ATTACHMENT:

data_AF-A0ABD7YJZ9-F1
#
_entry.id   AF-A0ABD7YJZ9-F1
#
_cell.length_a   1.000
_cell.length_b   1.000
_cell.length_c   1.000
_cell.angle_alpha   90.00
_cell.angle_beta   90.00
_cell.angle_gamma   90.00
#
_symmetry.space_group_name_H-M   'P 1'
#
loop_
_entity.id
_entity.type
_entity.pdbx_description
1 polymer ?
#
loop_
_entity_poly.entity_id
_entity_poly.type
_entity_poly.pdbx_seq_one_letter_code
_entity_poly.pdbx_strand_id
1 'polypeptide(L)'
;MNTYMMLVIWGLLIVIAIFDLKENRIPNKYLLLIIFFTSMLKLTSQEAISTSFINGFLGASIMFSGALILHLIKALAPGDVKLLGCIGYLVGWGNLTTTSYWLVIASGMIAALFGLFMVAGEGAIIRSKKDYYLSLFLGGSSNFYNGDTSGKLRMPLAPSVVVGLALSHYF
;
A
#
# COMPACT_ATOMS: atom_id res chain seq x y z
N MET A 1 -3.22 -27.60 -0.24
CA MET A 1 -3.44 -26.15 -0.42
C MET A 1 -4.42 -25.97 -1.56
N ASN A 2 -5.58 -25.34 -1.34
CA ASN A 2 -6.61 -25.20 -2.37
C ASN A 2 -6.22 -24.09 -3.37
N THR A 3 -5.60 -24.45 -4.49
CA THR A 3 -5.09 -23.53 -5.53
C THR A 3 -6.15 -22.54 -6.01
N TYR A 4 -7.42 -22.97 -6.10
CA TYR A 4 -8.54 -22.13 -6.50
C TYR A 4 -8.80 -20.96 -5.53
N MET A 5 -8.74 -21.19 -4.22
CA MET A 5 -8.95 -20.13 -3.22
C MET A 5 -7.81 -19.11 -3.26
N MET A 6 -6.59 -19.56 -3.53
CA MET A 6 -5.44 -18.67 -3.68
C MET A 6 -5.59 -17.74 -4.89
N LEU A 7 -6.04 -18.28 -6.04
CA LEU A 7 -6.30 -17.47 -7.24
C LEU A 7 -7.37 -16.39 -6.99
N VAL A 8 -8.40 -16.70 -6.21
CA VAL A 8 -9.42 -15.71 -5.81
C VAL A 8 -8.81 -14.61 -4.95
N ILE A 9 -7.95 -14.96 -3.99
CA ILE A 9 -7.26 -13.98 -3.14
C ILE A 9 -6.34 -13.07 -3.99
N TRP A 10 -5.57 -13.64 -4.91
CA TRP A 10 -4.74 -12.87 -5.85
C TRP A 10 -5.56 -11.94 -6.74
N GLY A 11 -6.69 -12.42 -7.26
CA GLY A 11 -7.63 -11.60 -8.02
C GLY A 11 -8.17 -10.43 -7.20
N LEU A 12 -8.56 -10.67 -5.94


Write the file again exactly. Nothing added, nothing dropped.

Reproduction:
data_AF-A0ABD7YJZ9-F1
#
_entry.id   AF-A0ABD7YJZ9-F1
#
_cell.length_a   1.000
_cell.length_b   1.000
_cell.length_c   1.000
_cell.angle_alpha   90.00
_cell.angle_beta   90.00
_cell.angle_gamma   90.00
#
_symmetry.space_group_name_H-M   'P 1'
#
loop_
_entity.id
_entity.type
_entity.pdbx_description
1 polymer ?
#
loop_
_entity_poly.entity_id
_entity_poly.type
_entity_poly.pdbx_seq_one_letter_code
_entity_poly.pdbx_strand_id
1 'polypeptide(L)'
;MNTYMMLVIWGLLIVIAIFDLKENRIPNKYLLLIIFFTSMLKLTSQEAISTSFINGFLGASIMFSGALILHLIKALAPGDVKLLGCIGYLVGWGNLTTTSYWLVIASGMIAALFGLFMVAGEGAIIRSKKDYYLSLFLGGSSNFYNGDTSGKLRMPLAPSVVVGLALSHYF
;
A
#
# COMPACT_ATOMS: atom_id res chain seq x y z
N MET A 1 -3.22 -27.60 -0.24
CA MET A 1 -3.44 -26.15 -0.42
C MET A 1 -4.42 -25.97 -1.56
N ASN A 2 -5.58 -25.34 -1.34
CA ASN A 2 -6.61 -25.20 -2.37
C ASN A 2 -6.22 -24.09 -3.37
N THR A 3 -5.60 -24.45 -4.49
CA THR A 3 -5.09 -23.53 -5.53
C THR A 3 -6.15 -22.54 -6.01
N TYR A 4 -7.42 -22.97 -6.10
CA TYR A 4 -8.54 -22.13 -6.50
C TYR A 4 -8.80 -20.96 -5.53
N MET A 5 -8.74 -21.19 -4.22
CA MET A 5 -8.95 -20.13 -3.22
C MET A 5 -7.81 -19.11 -3.26
N MET A 6 -6.59 -19.56 -3.53
CA MET A 6 -5.44 -18.67 -3.68
C MET A 6 -5.59 -17.74 -4.89
N LEU A 7 -6.04 -18.28 -6.04
CA LEU A 7 -6.30 -17.47 -7.24
C LEU A 7 -7.37 -16.39 -6.99
N VAL A 8 -8.40 -16.70 -6.21
CA VAL A 8 -9.42 -15.71 -5.81
C VAL A 8 -8.81 -14.61 -4.95
N ILE A 9 -7.95 -14.96 -3.99
CA ILE A 9 -7.26 -13.98 -3.14
C ILE A 9 -6.34 -13.07 -3.99
N TRP A 10 -5.57 -13.64 -4.91
CA TRP A 10 -4.74 -12.87 -5.85
C TRP A 10 -5.56 -11.94 -6.74
N GLY A 11 -6.69 -12.42 -7.26
CA GLY A 11 -7.63 -11.60 -8.02
C GLY A 11 -8.17 -10.43 -7.20
N LEU A 12 -8.56 -10.67 -5.94